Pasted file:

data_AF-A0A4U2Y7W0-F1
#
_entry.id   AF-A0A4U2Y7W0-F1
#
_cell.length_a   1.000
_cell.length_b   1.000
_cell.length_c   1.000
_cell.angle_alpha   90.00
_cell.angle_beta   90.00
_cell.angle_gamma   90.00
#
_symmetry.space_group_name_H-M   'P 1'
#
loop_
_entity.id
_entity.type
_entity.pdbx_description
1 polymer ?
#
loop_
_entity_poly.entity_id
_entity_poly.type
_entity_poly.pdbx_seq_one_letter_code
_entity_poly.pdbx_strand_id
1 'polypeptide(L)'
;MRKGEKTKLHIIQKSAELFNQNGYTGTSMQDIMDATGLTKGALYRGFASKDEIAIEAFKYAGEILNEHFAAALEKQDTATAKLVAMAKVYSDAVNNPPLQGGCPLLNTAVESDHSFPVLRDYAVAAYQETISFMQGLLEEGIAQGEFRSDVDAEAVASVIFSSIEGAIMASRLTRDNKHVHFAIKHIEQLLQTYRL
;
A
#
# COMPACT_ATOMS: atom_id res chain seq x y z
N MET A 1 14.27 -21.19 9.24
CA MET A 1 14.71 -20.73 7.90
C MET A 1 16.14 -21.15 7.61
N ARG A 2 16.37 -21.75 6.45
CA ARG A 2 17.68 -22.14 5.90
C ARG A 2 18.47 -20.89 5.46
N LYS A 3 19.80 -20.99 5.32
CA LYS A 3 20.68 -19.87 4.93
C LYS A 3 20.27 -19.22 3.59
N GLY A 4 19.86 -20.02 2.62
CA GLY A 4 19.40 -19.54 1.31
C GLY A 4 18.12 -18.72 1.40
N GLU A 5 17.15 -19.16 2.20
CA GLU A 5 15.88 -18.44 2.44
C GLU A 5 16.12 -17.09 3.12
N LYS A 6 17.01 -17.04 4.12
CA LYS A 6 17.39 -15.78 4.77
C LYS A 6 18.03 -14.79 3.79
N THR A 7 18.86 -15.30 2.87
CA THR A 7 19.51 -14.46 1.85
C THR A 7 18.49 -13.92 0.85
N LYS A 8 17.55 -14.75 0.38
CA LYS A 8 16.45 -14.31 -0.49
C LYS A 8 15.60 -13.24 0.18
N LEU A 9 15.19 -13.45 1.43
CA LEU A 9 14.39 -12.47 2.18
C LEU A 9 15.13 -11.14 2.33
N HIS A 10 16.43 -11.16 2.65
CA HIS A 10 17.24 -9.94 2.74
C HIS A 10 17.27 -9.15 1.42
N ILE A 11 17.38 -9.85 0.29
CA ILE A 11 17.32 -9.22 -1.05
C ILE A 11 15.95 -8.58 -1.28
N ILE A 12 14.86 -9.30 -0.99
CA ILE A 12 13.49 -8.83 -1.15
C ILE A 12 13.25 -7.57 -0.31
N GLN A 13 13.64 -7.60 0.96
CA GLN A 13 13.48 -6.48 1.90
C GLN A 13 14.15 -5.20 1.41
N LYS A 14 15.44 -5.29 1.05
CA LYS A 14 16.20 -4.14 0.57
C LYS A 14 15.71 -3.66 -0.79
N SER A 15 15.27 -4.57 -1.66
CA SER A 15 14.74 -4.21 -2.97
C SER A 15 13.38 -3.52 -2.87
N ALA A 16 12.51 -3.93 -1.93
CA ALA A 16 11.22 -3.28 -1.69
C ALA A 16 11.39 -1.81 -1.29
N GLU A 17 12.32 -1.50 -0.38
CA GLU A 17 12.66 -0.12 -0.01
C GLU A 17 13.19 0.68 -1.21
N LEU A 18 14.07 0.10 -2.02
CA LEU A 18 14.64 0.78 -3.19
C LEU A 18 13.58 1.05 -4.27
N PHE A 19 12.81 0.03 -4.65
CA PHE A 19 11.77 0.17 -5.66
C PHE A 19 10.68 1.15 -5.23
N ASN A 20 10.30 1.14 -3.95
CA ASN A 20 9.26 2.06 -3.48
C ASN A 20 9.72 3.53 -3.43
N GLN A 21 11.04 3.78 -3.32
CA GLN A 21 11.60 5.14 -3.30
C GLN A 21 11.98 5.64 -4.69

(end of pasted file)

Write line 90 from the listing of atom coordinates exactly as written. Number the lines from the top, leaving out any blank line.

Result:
C ASN A 20 9.72 3.53 -3.43